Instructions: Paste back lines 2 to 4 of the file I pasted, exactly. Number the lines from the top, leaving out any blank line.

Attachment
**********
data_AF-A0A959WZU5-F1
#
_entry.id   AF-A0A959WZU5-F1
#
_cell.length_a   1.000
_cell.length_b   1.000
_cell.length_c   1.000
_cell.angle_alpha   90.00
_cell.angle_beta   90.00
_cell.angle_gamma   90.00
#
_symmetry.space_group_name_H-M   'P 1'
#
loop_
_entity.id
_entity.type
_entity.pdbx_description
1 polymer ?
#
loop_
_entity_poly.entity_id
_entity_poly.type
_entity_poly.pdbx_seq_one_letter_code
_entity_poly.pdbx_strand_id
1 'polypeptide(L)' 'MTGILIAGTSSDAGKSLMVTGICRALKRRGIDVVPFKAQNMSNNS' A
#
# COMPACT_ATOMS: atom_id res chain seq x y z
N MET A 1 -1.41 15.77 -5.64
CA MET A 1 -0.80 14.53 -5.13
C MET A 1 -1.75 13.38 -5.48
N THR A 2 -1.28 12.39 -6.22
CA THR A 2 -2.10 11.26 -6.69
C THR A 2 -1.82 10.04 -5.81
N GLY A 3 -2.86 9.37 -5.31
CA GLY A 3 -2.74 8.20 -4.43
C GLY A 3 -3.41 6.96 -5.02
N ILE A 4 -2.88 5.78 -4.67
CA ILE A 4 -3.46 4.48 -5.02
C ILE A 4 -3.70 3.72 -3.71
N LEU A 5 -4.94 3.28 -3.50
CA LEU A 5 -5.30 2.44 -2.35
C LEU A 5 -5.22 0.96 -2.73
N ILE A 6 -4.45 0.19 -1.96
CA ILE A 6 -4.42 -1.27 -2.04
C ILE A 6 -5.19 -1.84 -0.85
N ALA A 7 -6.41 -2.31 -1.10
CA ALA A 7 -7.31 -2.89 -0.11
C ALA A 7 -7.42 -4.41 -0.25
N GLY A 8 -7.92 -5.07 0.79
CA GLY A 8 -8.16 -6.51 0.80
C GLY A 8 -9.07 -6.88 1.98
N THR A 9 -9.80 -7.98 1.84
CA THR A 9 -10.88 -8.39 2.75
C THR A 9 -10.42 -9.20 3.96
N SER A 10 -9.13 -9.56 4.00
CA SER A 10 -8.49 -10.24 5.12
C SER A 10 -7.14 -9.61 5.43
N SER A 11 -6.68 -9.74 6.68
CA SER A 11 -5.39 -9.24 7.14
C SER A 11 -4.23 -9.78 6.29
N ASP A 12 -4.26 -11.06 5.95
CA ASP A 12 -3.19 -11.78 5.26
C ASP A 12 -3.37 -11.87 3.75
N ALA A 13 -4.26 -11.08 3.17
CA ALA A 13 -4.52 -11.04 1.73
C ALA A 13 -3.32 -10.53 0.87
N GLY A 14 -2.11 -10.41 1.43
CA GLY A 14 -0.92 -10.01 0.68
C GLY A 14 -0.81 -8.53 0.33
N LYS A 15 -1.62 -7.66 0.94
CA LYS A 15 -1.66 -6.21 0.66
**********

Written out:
#
_entry.id   AF-A0A959WZU5-F1
#